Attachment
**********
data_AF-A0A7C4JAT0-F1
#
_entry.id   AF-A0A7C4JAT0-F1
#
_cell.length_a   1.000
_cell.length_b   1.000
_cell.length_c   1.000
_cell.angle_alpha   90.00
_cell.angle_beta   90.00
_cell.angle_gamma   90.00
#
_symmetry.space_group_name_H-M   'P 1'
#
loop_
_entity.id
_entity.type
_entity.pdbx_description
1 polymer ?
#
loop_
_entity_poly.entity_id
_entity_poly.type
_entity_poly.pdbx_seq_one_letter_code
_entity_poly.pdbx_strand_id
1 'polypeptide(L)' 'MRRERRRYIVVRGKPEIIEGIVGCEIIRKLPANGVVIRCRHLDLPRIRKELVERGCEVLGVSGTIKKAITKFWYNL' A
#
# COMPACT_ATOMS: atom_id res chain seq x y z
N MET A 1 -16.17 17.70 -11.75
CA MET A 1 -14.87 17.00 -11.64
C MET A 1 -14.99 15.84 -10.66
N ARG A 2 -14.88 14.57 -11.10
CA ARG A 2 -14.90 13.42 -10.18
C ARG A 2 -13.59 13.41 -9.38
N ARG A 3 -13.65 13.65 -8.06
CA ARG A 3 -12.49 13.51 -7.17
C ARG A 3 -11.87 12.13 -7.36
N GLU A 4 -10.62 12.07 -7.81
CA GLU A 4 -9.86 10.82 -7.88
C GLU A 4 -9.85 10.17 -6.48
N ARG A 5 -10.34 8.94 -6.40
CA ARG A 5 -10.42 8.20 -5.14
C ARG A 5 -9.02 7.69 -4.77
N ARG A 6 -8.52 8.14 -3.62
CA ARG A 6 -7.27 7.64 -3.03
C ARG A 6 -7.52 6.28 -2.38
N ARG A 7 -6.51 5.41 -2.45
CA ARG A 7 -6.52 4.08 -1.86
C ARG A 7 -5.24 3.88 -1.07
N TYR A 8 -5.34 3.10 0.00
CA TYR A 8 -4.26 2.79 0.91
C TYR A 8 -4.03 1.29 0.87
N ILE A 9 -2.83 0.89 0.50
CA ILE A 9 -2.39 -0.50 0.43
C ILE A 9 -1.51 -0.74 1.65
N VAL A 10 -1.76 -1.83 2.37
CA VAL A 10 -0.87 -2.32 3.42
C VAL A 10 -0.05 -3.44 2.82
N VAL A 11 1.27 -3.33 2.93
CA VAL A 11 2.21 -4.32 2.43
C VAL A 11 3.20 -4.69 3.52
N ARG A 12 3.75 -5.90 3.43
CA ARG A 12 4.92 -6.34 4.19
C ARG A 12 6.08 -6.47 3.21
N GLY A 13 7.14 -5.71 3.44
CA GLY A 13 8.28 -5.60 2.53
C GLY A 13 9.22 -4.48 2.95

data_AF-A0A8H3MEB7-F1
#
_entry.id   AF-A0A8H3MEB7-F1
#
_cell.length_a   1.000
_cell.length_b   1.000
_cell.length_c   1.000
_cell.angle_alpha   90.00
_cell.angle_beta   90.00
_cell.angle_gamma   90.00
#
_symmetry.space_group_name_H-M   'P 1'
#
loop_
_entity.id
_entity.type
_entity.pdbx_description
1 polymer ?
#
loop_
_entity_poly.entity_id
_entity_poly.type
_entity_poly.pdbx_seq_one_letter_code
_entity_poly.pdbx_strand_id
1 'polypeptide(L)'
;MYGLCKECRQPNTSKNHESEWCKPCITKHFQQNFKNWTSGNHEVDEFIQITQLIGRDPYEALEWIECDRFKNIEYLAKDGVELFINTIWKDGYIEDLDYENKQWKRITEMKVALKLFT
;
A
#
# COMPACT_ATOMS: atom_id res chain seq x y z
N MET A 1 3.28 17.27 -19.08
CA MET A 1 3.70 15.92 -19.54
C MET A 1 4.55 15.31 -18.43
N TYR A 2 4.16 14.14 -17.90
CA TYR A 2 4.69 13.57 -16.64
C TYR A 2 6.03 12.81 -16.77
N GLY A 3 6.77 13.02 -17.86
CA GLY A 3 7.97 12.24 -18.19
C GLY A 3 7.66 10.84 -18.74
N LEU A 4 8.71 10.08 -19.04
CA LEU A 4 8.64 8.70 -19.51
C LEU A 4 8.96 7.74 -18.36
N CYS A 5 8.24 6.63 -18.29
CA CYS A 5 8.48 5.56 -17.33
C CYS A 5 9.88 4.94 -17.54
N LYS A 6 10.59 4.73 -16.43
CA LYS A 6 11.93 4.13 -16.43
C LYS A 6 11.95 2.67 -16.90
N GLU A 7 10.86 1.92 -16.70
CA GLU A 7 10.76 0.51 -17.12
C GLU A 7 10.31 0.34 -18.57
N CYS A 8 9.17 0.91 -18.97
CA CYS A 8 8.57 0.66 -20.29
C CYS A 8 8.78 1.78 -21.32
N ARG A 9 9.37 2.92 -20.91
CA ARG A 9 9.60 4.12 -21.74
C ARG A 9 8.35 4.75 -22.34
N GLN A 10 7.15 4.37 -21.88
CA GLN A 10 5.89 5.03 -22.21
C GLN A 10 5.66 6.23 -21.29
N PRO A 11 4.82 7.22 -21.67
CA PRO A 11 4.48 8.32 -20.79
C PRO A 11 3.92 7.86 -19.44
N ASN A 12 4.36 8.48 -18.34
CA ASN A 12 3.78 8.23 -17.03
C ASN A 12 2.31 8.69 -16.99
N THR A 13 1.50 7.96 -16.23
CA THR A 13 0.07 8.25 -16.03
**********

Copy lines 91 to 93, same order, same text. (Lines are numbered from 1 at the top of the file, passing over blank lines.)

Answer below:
1 'polypeptide(L)'
;MYGLCKECRQPNTSKNHESEWCKPCITKHFQQNFKNWTSGNHEVDEFIQITQLIGRDPYEALEWIECDRFKNIEYLAKDGVELFINTIWKDGYIEDLDYENKQWKRITEMKVALKLFT
;